One of the few remaining living Medal of Honor recipients is retired Navy Captain Thomas Gunning Kelley. He and his wife, Joan, recently paid a visit to the Sailors of the U.S. 6th Fleet headquarters on Naval Support Activity in Naples, while on a holiday in Italy, as shared in a feature on the Navy Times.
Kelley and the Sailors talked about various topics, including post-traumatic stress and notable moments in their careers. Inevitably, the conversation turned to the event that earned Kelley the Medal of Honor.
Thomas Gunning Kelley was born on May 13, 1939 in Boston, Massachusetts. He finished high school at the Boston College High School in 1956, and proceeded to study at the College of the Holy Cross, graduating in 1960. He enlisted into the service in 1960.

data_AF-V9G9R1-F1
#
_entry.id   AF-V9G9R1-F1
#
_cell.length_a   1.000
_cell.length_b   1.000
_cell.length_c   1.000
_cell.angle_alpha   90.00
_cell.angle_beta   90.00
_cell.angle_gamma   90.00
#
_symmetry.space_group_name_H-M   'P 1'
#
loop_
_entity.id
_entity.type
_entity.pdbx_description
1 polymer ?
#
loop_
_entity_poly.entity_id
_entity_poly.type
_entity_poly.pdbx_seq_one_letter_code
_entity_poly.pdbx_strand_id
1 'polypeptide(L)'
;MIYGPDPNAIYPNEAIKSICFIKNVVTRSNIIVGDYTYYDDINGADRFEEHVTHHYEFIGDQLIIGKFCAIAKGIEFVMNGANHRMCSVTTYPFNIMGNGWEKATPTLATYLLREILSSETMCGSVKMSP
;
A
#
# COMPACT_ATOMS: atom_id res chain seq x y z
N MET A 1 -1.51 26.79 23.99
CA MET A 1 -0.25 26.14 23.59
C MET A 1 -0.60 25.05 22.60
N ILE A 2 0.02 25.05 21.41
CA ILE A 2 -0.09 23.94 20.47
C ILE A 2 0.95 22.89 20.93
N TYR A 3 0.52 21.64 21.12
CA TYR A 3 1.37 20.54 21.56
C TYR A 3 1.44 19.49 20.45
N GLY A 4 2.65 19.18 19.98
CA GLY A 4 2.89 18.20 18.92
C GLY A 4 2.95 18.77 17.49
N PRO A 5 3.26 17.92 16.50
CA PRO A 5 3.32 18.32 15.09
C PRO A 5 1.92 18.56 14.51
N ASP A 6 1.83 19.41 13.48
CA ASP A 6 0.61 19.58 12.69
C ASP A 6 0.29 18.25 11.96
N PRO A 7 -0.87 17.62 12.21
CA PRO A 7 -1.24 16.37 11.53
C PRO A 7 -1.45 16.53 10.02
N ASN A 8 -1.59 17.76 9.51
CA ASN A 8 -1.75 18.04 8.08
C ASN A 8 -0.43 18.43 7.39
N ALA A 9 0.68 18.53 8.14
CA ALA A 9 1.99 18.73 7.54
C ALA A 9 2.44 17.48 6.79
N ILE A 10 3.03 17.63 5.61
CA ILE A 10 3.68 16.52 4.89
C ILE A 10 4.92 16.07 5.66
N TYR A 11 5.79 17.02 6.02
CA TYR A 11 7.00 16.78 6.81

On June 15, 1969, then Lt. Kelley served as the commander of the River Assault Division 152, tasked with the extraction of a company of U.S. Army Infantry Troops on the east bank of the Ong Muong Canal in Kien Hoa province in Vietnam. His Medal of Honor citation recounts how one of the armored troop carriers, which had just reported a loading ramp malfunction, came under fire from Viet Cong forces from the opposite bank of the canal.
Kelley shared: “My first thought was ‘Not me, this isn’t happening to me… But, then I gathered myself, trying to ignore my injuries, and did what I had to make sure that all of our craft got out of the canal.”
Kelley suffered serious head wounds as a result of an enemy rocket hit; despite his injuries, Kelley continued to direct other boats until they were able to move to safety. He eventually lost his right eye.
Capt. Thomas Kelley was awarded the Medal of Honor on May 14, 1970.